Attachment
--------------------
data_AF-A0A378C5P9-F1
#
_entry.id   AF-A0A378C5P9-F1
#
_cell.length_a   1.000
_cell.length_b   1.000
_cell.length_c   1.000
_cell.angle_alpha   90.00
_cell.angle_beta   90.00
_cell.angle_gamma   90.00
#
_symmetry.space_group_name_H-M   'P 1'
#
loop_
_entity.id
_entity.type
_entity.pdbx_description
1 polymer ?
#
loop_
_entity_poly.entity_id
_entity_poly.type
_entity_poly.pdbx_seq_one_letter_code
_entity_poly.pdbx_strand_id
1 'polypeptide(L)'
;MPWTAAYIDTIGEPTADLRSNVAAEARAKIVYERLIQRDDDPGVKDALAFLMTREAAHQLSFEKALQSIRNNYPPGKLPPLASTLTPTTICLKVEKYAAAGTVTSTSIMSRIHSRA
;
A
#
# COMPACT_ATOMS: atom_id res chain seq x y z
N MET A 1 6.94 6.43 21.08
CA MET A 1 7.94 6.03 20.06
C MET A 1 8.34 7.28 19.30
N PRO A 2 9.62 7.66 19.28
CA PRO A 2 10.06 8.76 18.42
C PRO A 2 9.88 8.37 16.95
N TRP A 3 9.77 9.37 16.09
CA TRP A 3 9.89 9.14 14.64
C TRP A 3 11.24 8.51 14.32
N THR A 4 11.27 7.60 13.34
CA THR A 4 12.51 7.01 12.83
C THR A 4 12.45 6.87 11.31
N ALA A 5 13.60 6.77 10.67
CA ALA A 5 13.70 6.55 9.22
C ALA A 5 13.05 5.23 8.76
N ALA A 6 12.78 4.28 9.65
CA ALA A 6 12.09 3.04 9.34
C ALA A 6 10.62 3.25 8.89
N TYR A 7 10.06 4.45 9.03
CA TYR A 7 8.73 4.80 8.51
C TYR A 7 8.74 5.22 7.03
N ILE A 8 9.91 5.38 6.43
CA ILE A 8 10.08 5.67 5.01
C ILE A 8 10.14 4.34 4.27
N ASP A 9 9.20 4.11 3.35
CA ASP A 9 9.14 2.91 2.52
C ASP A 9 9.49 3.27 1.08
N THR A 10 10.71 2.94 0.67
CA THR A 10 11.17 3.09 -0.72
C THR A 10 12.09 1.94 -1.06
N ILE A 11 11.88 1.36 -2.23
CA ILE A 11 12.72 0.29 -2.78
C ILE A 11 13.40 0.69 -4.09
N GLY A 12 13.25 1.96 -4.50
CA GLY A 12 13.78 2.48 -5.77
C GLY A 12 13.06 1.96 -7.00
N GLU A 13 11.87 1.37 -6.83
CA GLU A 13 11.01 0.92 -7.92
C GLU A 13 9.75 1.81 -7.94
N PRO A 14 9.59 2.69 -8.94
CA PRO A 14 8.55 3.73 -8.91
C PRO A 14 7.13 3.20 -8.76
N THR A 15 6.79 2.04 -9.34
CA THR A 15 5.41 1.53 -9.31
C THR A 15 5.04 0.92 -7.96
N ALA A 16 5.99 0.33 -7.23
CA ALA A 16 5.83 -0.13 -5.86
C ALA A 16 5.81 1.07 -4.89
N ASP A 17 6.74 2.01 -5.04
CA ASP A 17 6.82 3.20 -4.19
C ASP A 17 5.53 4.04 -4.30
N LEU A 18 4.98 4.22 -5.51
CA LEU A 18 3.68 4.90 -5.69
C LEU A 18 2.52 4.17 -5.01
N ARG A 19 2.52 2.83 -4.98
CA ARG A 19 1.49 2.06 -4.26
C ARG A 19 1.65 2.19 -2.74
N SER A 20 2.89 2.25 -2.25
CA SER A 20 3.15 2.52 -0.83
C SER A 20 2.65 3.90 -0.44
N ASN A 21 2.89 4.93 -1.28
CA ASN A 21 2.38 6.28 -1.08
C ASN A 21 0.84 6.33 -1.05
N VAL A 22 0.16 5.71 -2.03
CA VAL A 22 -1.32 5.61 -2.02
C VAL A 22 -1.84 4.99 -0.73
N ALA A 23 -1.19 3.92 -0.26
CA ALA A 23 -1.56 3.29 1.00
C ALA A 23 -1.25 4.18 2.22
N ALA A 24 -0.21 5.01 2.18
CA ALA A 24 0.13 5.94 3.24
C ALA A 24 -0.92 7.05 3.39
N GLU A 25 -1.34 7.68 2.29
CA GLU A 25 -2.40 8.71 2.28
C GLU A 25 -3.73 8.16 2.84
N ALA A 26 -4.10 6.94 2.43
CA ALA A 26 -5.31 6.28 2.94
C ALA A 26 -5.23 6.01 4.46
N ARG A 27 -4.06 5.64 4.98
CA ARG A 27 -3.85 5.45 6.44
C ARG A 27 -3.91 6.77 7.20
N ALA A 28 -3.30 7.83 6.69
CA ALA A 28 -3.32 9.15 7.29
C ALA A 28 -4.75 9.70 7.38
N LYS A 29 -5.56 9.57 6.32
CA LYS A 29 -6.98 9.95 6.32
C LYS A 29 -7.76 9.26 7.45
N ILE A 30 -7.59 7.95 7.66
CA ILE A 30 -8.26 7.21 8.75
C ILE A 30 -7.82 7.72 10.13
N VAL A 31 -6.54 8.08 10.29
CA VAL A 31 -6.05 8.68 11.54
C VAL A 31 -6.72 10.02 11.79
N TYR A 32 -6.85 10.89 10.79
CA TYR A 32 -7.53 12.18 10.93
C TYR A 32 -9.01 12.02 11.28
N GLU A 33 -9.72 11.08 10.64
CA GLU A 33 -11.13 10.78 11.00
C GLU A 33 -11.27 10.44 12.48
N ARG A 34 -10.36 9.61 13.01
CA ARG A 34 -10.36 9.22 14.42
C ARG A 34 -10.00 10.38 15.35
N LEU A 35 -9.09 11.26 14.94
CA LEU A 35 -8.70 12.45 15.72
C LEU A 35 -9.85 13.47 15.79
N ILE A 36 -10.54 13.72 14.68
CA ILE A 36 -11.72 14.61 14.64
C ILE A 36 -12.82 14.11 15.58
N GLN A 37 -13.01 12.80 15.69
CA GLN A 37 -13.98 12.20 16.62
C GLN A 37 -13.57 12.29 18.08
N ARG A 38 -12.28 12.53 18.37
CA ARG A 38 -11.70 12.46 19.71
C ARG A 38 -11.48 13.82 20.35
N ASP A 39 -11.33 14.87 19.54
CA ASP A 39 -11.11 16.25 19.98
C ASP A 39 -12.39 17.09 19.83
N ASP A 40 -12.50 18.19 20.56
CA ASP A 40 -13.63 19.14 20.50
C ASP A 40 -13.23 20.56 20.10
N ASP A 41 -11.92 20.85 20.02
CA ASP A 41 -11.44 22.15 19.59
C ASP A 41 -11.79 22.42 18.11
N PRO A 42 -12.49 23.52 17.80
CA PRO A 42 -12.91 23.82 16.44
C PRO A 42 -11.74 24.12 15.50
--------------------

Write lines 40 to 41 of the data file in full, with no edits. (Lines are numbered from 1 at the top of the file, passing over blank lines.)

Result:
N THR A 4 11.27 7.60 13.34
CA THR A 4 12.51 7.01 12.83